20. The method according to claim 19, wherein said binder solution is selected from the group consisting of polyvinylpyrrolidone, hydroxypropylmethylcellulose, polyvinyl alcohol, hydroxyethylcellulose, hydroxypropylcellulose, methylcellulose, methacrylic acid copolymers, ethyacrylate-methylmethacrylate copolymers, guar gum, arabic gum, xanthan gum, gelatine, pectin and mixtures thereof; and said powdered polymeric coating particles comprise a hydrophilic swellable polymer selected from the group consisting of methylcellulose, carboxymethylcellulose, hydroxypropylcellulose, hydroxypropylmethylcellulose, hydroxyethylcellulose, polyvinyolpyrrolidone, polyvinyl alcohol, acrylic acid polymer, methacrylic acid copolymers, ethyl acrylate-methyl methacrylate copolymers, natural rubbers, poloxamers, polysaccharides, and mixtures thereof.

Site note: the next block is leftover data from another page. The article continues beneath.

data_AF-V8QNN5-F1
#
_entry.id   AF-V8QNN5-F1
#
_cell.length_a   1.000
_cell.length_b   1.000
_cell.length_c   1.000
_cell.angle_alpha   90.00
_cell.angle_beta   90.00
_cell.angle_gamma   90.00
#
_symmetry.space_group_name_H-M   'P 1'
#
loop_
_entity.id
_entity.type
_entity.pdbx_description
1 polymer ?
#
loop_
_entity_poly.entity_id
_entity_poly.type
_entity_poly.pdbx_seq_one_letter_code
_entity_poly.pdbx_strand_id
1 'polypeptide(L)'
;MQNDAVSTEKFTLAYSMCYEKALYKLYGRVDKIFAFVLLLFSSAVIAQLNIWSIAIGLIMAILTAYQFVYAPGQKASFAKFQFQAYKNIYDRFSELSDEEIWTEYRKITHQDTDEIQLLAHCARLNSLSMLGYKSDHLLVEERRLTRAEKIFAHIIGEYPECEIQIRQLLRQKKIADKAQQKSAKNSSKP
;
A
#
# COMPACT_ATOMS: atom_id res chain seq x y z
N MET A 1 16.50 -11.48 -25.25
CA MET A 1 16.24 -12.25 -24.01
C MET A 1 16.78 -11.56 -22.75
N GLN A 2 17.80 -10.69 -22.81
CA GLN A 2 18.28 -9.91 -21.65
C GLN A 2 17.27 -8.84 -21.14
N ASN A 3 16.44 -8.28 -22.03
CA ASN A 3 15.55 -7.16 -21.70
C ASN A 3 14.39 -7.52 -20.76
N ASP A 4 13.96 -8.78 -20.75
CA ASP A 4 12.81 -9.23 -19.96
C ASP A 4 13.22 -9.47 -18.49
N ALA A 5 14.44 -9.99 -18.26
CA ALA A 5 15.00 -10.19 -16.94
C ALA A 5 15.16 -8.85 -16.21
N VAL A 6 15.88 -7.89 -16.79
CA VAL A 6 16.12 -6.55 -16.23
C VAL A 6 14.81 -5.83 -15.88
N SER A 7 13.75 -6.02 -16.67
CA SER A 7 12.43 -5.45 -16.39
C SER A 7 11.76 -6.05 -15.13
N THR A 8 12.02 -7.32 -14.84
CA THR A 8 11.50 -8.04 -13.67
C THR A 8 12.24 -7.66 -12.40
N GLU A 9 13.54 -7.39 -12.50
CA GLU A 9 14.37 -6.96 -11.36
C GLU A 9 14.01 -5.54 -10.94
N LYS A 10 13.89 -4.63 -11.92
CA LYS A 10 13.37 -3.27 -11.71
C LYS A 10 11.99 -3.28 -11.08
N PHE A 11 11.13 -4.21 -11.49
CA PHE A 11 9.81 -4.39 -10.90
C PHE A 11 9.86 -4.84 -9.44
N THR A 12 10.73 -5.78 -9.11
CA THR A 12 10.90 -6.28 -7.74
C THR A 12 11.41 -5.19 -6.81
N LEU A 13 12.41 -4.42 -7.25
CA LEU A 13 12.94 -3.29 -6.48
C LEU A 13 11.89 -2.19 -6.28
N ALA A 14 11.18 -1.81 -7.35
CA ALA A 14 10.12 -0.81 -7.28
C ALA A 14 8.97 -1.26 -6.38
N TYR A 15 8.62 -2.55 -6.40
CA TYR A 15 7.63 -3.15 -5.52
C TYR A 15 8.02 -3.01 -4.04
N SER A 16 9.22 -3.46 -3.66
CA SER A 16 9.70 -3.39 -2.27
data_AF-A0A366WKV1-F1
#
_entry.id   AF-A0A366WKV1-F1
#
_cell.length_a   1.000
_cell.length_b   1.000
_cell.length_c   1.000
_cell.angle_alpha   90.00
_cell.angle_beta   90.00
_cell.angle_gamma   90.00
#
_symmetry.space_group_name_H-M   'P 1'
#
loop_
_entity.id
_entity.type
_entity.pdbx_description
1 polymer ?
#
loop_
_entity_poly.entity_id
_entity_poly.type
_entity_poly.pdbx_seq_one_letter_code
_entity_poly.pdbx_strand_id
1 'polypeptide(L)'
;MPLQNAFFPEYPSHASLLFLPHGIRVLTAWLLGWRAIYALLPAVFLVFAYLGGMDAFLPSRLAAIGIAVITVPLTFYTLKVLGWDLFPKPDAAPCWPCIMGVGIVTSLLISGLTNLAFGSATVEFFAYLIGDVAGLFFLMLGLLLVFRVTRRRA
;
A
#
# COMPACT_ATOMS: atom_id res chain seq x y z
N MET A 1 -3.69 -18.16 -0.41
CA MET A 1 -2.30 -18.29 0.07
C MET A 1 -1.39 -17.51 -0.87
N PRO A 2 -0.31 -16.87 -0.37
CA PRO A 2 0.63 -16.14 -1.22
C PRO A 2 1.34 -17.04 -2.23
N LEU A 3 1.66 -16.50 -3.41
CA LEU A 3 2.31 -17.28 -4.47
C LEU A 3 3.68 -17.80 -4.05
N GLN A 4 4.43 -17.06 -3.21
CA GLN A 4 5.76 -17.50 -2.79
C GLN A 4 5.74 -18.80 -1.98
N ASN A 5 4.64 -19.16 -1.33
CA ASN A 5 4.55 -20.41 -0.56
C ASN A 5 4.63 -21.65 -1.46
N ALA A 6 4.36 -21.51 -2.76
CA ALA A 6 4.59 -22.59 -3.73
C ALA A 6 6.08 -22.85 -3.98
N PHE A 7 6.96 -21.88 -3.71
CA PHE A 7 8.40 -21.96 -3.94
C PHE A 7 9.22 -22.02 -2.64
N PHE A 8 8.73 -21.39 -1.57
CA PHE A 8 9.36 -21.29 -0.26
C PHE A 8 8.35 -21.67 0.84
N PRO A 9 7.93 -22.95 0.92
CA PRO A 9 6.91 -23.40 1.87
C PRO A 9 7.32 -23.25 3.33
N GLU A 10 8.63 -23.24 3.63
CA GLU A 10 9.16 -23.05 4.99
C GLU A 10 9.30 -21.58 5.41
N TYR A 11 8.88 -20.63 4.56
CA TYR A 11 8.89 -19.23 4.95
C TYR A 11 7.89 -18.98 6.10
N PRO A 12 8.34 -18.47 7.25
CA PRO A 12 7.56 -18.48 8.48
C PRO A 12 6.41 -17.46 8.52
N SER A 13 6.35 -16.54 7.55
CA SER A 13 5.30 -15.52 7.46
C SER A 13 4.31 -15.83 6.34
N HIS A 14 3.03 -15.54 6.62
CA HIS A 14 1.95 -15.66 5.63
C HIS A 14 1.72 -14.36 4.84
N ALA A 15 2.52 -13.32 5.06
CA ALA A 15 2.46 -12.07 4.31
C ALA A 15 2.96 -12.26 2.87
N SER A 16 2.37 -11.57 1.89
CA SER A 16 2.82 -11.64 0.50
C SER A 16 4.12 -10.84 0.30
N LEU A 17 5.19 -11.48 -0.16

21. The method according to claim 1, wherein said swellable polymeric coating layer comprises hydroxypropylmethylcellulose.
22. The method according to claim 1, wherein said swellable polymeric coating layer comprises a mixture of 1) hydroxypropylmethylcellose having a typical weight percent substitution corresponding to 29% methoxyl and 8% hydroxypropoxyl groups, and a nominal viscosity of 2% water solution at 20° C. ranging from 3 to 100 mPa.s; and 2) hydroxypropylmethylcellulose having a typical weight percent substitution corresponding to 22.1% methoxyl and 8.1% hydroxypropoxyl groups, and a nominal viscosity of 2% water solution at 20° C. ranging from 4,000 to 100,000 mPa.s.
23. The method according to claim 1, wherein said swellable polymeric coating layer is sufficiently thick to achieve a core:coating layer weight ratio of between about 20:1 and about 1:5.